... with the consumer detail in particular ...

Adding to this is the picture of an ongoing intense squeeze on incomes and reliance on reduced savings to ‘fund’ what spending growth there is. Household disposable incomes barely rose in the March quarter (+0.1% and 1.3%yr) with all of the gain in spending ‘funded’ by a reduction in the proportion of income put towards savings. The household savings rate declined from 8.8% in Q4 to 8.3% in Q1 and is now down from 9.6% a year ago. This fall can only be interpreted as an involuntary adjustment rather than a positive sign that households are feeling more confident about their finances. That in turn means the effect is likely to reverse if there is a recovery in income growth, limiting any associated uplift in spending.

... not in line with their rhetoric.

We have argued previously that “any slippage in household expenditure growth which would dampen prospects for a recovery in non-mining investment would affect growth forecasts for 2016 and substantially increase the risk of lower rates”. As such, both the weaker consumer picture from the Q1 national accounts and the disappointing read on Capex plans may well cause the Bank to reassess its optimistic view on household expenditure and prospects for an eventual upturn in non-mining investment.

The Bank will need to see more data ...

However, on balance we expect the Bank to await further data before making any moves on policy. This week’s figures on expenditure will be disappointing for the Bank but they stop short of the sort of sudden slowing that would require the Bank to make substantial revisions to the growth outlook. There were some hopeful signs of a Q2 ‘policy boost’ with consumer sentiment responding positively to the May rate cut and Federal Budget, but this retraced violently in June. The Bank will want to see where this ultimately settles.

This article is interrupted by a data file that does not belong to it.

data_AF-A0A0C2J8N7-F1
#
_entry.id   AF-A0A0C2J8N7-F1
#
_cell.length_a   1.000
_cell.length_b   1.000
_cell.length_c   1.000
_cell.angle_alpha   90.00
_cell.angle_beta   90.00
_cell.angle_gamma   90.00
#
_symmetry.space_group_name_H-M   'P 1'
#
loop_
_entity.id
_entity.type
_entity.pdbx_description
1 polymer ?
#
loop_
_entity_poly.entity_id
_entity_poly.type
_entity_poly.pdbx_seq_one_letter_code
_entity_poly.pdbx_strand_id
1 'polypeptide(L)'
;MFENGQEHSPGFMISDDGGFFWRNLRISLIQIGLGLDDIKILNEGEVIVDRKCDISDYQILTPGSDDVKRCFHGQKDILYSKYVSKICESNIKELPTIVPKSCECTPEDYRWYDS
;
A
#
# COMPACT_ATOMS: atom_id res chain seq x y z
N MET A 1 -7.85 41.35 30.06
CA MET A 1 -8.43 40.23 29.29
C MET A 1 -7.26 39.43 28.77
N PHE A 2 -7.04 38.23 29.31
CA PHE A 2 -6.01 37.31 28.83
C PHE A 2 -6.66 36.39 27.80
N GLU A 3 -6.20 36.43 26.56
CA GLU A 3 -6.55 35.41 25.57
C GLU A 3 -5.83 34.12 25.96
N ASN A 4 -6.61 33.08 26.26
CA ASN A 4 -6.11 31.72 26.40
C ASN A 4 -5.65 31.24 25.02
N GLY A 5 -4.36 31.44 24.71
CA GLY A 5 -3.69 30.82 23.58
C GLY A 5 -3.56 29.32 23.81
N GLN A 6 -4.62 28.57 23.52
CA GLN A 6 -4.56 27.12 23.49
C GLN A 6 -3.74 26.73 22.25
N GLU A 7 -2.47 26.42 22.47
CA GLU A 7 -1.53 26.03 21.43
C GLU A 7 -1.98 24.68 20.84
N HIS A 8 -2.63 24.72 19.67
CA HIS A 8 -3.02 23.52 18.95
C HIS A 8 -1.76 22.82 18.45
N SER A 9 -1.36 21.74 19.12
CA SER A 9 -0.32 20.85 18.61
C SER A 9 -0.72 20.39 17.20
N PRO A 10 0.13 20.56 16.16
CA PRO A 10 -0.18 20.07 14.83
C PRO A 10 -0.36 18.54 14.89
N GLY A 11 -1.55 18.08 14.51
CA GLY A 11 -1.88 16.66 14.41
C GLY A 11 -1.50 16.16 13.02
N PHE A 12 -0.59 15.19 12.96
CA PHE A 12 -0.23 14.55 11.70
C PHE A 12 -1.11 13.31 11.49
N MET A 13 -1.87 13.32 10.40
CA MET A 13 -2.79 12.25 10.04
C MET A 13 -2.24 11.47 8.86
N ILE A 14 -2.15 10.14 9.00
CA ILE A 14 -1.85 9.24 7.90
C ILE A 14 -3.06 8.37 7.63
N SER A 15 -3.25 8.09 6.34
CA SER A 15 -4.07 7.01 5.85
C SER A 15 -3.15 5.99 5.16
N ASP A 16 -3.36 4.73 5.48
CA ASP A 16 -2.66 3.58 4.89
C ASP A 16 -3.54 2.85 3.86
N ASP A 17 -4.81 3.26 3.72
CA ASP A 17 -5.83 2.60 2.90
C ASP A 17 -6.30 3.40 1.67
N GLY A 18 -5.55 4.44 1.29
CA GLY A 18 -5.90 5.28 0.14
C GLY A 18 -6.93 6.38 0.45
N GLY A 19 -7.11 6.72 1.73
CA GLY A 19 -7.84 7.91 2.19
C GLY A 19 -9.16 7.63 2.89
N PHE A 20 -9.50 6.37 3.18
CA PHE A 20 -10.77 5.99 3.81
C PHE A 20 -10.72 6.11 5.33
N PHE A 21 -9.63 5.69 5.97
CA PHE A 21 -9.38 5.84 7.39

... before making any policy reassessment.

Accordingly the nearest date for a potential policy move is likely to be November, by which time the Bank will have sufficient information to assess trends in household expenditure and employment through Q2 and Q3. Our call has been and remains that rates will remain on hold throughout 2015 and 2016. However ‘soft easing bias’ will clearly be maintained near term and policy could come back into play if the Q2 and Q3 data flow disappoints.

Bill Evans, Chief Economist

Past performance is not a reliable indicator of future performance. The forecasts given above are predictive in character. Whilst every effort has been taken to ensure that the assumptions on which the forecasts are based are reasonable, the forecasts may be affected by incorrect assumptions or by known or unknown risks and uncertainties. The results ultimately achieved may differ substantially from these forecasts.

Reproduced from the June 2015 edition of Westpac's Market Insights